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What is a DAO?

What is a DAO?

June 11, 2022
3
 min read

A DAO is a community that’s owned and managed by its members. Let's compare DAOs to traditional companies to understand how they work.

By Alex, Peter

A DAO is a community that’s owned and managed by its members.

DAOs vs. companies

The simplest way to describe how a DAO works is to compare it to a company:

Org structure

  • Company: Hierarchical structure led by the CEO and other executives. 
  • DAO: Flat structure led by a group of core contributors.

Decision making

  • Company: Management approves proposals and makes decisions behind closed doors.
  • DAO: Members submit proposals and vote on them using DAO tokens in public.

Onboarding

  • Company: Candidates need to apply and pass interviews to get hired.
  • DAO: Some DAOs let anyone join while others require a minimum number of tokens. Tokens can be bought or earned by contributing to the DAO (e.g., taking meeting notes).

Career advancement

  • Company: Employees need to climb the corporate ladder to get promoted.
  • DAO: Members can start contributing right away to gain the trust of core contributors.

Compensation

  • Company: Most employees work full time and are compensated through salary and stock.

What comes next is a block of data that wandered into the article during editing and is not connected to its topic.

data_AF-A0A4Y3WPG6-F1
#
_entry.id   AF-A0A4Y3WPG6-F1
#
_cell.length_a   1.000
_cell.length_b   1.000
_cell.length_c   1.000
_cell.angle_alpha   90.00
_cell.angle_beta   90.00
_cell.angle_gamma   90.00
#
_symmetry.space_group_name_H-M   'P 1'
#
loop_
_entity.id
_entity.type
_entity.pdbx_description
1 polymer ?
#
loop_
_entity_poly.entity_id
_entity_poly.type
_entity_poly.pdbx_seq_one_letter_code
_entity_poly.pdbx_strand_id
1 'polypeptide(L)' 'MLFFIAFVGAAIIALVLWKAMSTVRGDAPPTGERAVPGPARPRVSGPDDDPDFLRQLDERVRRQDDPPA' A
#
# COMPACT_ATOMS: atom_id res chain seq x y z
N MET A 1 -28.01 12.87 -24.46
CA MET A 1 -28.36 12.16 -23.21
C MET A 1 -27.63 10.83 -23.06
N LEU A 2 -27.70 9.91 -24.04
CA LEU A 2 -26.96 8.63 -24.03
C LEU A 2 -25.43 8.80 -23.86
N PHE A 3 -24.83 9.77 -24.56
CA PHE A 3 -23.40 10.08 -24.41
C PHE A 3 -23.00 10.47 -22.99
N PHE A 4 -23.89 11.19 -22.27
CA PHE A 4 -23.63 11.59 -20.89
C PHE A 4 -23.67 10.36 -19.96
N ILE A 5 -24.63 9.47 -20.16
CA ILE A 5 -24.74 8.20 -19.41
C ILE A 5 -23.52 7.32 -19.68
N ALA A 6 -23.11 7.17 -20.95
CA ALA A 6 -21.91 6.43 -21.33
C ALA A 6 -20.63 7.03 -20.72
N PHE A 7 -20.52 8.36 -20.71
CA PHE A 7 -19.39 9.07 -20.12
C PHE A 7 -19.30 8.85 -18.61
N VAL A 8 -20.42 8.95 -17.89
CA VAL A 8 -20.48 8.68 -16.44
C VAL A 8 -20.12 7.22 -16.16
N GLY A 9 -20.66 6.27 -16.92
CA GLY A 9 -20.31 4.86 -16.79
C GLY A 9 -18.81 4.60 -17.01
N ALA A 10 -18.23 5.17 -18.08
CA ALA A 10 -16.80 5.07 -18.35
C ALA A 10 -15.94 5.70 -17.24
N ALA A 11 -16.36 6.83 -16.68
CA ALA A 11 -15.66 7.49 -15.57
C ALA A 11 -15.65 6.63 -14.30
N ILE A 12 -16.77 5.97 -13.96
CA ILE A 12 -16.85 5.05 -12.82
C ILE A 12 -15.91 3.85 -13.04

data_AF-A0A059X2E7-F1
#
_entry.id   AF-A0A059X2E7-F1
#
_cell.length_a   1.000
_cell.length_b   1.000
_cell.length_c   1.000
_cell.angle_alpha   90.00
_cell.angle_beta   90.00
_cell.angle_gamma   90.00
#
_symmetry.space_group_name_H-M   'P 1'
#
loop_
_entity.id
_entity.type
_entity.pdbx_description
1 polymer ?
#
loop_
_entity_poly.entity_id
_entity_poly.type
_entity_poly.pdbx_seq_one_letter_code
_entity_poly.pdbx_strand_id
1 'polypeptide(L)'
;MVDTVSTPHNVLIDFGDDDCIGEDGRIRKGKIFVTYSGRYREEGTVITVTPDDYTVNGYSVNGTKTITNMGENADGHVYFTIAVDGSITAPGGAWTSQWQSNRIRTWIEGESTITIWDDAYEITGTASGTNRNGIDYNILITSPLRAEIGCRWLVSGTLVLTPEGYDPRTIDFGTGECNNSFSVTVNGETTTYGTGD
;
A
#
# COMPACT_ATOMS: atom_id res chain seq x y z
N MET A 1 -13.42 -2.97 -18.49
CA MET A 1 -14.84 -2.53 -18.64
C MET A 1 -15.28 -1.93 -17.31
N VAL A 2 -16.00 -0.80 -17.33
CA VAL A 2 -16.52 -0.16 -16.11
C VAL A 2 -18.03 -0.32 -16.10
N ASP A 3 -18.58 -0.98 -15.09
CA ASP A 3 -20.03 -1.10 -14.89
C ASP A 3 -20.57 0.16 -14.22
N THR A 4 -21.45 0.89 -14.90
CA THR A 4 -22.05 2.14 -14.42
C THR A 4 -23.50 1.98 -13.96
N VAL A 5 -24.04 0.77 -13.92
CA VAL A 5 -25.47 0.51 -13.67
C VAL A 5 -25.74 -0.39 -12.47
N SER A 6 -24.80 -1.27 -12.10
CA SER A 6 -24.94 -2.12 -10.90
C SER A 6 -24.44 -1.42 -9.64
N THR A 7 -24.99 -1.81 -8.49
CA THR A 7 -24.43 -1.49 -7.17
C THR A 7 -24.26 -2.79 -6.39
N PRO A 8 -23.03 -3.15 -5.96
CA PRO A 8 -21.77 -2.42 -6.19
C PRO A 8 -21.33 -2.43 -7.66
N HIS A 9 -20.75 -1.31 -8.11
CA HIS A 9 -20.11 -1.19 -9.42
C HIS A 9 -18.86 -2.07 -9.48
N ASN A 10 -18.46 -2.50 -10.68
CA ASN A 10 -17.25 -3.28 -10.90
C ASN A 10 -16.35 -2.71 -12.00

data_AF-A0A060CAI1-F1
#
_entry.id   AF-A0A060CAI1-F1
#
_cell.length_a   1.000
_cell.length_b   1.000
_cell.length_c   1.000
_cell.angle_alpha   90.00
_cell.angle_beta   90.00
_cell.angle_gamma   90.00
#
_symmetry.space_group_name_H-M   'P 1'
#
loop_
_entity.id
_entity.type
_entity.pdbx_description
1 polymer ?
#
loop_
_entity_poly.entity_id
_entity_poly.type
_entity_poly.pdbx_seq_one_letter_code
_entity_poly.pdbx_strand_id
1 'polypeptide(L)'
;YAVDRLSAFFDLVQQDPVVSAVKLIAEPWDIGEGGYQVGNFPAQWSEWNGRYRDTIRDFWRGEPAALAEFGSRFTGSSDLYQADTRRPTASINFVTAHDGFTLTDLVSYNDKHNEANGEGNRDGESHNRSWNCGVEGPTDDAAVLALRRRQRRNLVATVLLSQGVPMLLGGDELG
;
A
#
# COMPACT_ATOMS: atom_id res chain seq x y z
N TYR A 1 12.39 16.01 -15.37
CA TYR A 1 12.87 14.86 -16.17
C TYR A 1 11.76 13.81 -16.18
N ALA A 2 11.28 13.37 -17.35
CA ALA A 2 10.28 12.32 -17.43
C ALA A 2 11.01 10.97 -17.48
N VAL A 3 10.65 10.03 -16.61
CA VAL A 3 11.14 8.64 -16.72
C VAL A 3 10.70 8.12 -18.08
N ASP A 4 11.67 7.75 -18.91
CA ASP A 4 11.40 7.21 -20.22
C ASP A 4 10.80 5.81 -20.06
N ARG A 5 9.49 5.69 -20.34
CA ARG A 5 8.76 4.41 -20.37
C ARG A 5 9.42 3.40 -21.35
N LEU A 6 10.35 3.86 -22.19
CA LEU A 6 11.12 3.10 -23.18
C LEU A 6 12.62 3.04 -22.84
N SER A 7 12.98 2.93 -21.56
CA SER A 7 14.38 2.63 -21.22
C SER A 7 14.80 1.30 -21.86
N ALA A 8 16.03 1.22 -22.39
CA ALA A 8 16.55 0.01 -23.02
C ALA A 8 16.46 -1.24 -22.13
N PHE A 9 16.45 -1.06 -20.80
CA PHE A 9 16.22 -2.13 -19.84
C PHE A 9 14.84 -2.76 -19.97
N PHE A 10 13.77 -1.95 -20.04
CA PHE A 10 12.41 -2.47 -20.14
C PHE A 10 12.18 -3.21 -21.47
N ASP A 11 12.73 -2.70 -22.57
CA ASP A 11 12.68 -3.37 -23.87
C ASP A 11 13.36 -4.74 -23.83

• DAO: Most contributors work part-time and are compensated through DAO tokens or other cryptocurrencies (e.g., stablecoins).

As you can see, DAOs have both advantages and disadvantages compared to companies:

  • Advantages include letting more people contribute, participate in decisions, and own the upside.
  • Disadvantages include having to coordinate a part-time workforce in a decentralized manner.

DAOs in practical terms

Practically speaking, most DAOs use:

  1. Communication tools like Discord and Discourse to stay in touch.
  2. Governance tools like Snapshot for members to vote on decisions.
  3. Crowdfund tools like Mirror to raise capital for the DAO.
  4. Treasury tools like Gnosis Safe to manage the DAO’s treasury.

Now that you have a high-level understanding of DAOs, let’s cover how you can find one to join.

Up next: How to find a DAO to join?

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DAOs vs. Companies

DAOs in practical terms

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